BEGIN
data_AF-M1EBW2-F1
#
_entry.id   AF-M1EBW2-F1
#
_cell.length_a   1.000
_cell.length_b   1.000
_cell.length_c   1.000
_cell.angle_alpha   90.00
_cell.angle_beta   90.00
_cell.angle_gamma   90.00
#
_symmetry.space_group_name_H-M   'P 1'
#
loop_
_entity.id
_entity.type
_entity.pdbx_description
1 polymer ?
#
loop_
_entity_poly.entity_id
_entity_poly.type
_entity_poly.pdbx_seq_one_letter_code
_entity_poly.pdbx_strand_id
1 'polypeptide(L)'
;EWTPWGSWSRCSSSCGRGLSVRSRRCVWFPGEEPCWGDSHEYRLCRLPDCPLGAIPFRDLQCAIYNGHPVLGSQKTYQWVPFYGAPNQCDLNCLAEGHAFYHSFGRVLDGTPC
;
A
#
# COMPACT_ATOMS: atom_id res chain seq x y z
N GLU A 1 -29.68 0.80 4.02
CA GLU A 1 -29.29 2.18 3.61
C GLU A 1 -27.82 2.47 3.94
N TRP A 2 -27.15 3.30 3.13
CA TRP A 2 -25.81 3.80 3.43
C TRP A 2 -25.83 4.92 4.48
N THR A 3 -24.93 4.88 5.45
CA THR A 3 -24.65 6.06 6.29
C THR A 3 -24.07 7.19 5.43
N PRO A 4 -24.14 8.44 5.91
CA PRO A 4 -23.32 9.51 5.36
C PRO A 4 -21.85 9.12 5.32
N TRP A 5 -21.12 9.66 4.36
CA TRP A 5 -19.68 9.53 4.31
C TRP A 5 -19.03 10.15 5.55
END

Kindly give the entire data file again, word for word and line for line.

data_AF-M1EBW2-F1
#
_entry.id   AF-M1EBW2-F1
#
_cell.length_a   1.000
_cell.length_b   1.000
_cell.length_c   1.000
_cell.angle_alpha   90.00
_cell.angle_beta   90.00
_cell.angle_gamma   90.00
#
_symmetry.space_group_name_H-M   'P 1'
#
loop_
_entity.id
_entity.type
_entity.pdbx_description
1 polymer ?
#
loop_
_entity_poly.entity_id
_entity_poly.type
_entity_poly.pdbx_seq_one_letter_code
_entity_poly.pdbx_strand_id
1 'polypeptide(L)'
;EWTPWGSWSRCSSSCGRGLSVRSRRCVWFPGEEPCWGDSHEYRLCRLPDCPLGAIPFRDLQCAIYNGHPVLGSQKTYQWVPFYGAPNQCDLNCLAEGHAFYHSFGRVLDGTPC
;
A
#
# COMPACT_ATOMS: atom_id res chain seq x y z
N GLU A 1 -29.68 0.80 4.02
CA GLU A 1 -29.29 2.18 3.61
C GLU A 1 -27.82 2.47 3.94
N TRP A 2 -27.15 3.30 3.13
CA TRP A 2 -25.81 3.80 3.43
C TRP A 2 -25.83 4.92 4.48
N THR A 3 -24.93 4.88 5.45
CA THR A 3 -24.65 6.06 6.29
C THR A 3 -24.07 7.19 5.43
N PRO A 4 -24.14 8.44 5.91
CA PRO A 4 -23.32 9.51 5.36
C PRO A 4 -21.85 9.12 5.32
N TRP A 5 -21.12 9.66 4.36
CA TRP A 5 -19.68 9.53 4.31
C TRP A 5 -19.03 10.15 5.55